Annup Sonni, the face of 'Crime Patrol' TV show, plays the role of a relationship manager in his latest short film titled “The Relationship Manager”. In an interview with Outlook’s Lachmi Deb Roy, Sonni talks about the film that touches the sensitive topic of domestic violence. This 18-minute short film is set in the backdrop of lockdown.
Tell us about “The Relationship Manager".
The short film “The Relationship Manager” is about domestic violence and the film was shot during the lockdown because there were a lot of such cases that came up in the news during this period. But anyway, domestic violence is no new thing, whether there is a lockdown or no lockdown. This problem has been there for a long time. Falguni Thakore wrote and directed the film. It was a beautiful script. And the duration is around 18 minutes and the moment I read the script I knew I have to be a part of this film. I play the role of a relationship manager who is calling his different clients and through one of these calls, he realises that there is something going wrong in a particular house with one of his clients. He approaches to guide her in the right direction and that forms the main part of the film.
How did you prepare yourself to play the role of a relationship manager?
Basically, I also have a personal relationship manager with three banks, so I had the experience as to how they talk and how they want to sell their product. I have interacted with both male and female relationship managers. So, I kind of recollected my interaction and phone calls with them. There is a line actually that a relationship manager cannot cross with his/her client. So that was very important because the sequence between me and Divya Dutta shows that I am getting into a little personal space of hers. The whole preparation of understanding the situation of what has happened is the tricky bit. Rest, he has clients who understand the market, how he is dealing with that particular client and also when he is talking to a young girl who is making a lot of money through her glamour business, but doesn’t have much of market knowledge and how he guides her and how she trusts him with her money is shown in the film. You have to kind of change your tone of voice with every category of client you talk to. Obviously, there was a lot in the script, and as an actor, I always feel that script gives you a lot of understanding of the character and then how you work on it and polish it that’s important.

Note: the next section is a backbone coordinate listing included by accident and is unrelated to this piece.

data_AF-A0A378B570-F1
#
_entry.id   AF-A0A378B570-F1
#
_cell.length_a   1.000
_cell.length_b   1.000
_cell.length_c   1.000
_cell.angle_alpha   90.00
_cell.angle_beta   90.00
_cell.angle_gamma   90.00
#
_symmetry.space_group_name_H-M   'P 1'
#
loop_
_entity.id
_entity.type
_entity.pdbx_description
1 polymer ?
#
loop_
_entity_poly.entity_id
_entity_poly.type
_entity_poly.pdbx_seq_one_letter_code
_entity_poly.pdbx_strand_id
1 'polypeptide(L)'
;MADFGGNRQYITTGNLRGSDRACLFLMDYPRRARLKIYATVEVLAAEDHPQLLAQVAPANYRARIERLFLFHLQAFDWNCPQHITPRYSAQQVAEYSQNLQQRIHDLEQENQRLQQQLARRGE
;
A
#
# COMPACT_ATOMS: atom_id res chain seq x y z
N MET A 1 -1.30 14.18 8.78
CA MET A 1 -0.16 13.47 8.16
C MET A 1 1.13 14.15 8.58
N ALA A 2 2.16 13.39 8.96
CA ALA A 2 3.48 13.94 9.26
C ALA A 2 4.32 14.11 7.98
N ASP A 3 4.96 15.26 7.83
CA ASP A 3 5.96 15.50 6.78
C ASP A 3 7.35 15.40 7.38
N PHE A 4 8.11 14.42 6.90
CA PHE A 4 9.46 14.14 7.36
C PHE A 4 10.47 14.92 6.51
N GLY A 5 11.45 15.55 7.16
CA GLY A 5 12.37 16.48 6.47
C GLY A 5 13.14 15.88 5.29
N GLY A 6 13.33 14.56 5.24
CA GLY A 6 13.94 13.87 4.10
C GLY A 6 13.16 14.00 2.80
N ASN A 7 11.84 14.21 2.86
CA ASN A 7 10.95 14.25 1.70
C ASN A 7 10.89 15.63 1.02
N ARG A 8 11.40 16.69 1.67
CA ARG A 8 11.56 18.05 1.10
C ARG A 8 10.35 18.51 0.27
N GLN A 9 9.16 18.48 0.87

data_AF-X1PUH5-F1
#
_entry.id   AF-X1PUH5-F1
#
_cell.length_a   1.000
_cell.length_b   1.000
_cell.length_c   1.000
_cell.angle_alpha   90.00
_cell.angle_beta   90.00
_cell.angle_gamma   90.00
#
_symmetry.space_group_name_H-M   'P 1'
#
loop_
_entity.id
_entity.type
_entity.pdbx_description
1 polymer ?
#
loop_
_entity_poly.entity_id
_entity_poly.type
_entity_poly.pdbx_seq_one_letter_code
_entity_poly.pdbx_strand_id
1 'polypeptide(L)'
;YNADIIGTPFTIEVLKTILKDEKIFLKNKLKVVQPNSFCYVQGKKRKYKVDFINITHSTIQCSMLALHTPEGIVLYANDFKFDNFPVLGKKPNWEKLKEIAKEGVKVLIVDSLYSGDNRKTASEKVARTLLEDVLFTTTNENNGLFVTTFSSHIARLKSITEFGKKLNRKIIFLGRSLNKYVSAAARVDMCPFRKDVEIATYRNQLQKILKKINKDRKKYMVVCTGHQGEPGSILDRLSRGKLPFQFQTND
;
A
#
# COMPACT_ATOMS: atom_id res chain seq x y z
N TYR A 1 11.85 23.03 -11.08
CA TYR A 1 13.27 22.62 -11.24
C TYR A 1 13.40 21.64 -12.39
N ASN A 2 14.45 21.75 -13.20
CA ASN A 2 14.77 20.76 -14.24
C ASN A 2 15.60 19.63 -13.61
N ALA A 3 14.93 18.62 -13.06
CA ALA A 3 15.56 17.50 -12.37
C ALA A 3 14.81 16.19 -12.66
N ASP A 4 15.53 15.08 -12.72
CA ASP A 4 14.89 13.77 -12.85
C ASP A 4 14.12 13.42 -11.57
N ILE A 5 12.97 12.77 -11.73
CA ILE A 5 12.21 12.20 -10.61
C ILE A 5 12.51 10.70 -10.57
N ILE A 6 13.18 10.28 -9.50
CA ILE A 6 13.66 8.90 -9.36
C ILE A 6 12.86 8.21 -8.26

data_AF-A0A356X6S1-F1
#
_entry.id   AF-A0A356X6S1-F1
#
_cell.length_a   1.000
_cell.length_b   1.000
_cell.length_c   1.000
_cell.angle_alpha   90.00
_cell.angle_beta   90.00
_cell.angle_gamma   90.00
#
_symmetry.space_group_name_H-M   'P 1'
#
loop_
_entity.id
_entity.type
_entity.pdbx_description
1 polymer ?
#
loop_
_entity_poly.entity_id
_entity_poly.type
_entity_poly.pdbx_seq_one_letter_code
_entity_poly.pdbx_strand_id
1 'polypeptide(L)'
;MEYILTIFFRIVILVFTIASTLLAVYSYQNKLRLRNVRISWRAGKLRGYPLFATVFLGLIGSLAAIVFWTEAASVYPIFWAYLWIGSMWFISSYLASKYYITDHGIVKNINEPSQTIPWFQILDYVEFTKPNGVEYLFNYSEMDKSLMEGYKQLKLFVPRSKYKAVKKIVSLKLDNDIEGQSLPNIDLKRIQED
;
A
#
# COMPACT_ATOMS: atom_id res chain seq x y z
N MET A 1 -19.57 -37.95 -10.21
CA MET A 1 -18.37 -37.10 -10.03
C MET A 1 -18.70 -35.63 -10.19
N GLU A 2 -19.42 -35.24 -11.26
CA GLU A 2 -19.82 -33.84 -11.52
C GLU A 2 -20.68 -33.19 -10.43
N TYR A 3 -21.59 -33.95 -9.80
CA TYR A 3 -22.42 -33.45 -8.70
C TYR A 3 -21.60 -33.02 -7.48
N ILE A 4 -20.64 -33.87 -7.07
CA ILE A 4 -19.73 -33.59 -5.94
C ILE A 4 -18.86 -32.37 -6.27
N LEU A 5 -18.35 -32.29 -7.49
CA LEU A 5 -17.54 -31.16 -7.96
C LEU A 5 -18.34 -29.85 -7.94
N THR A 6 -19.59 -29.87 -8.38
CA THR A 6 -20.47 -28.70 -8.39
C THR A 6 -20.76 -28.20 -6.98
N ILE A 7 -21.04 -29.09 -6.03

How was your experience of working with Divya Dutta?
Working with Divya Dutta is always a pleasure. She is a good actor and when you work with a good actor, you always have to be on your toes all the time because that helps you to perform better. And Divya is a very old friend and we know each other for the last 21 years. We have worked together in the past; we did a show together and we also did two Punjabi films together. So, it’s a long association, but for this film, we were working together after a long time. Fortunately, or unfortunately, this was a film shot during the lockdown, but we didn’t shoot together we were on phone calls with each other. The whole interaction between Divya and me is the crux of the whole story.
Your wife Juhi Babbar is also there in the film, how was it like working with your wife?
We both are playing husband and wife’s character. In fact, the wife’s role was not much, but I think it is very nice of Juhi to say yes to this. During the lockdown, we were the only charters in the film who could shoot together and that also in close proximity. Maintaining the social distance would have been very difficult had any actor been playing this role. So, thanks to Juhi that she agreed to do this role.
And what is the message of the film?
The message of the film is very loud and clear that the more you accept and tolerate domestic violence, it's going to grow bigger and bigger. It might start with a small thing, but then it can get dangerous. In a relationship, if one person is getting physical and the other person is accepting it, it’s just not okay. Accepting violence becomes a problem at the end of the day. So, somewhere down the line you have to put your foot down when it starts and the film talks about it in a very beautiful way and we not trying to give any lecture. There is no preaching in the film. There are many women in our society who are not willing to walk out of the marriage because they are not financially independent, but one has to say no to this. You have to take the step of walking out of this abusive relationship.
What must parents do?
As parents, we must talk to our boys in the home, when they are young, even when they are five or six years old. It is important for us to teach our kids how to treat a woman, how to talk and respect a woman because they have a mother and a sister at home. And at the same time, you have to make your girls financially independent. At home also a young boy will see how the father treats the mother, so if the father is treating the mother with respect, he will learn that and do that when he grows up.
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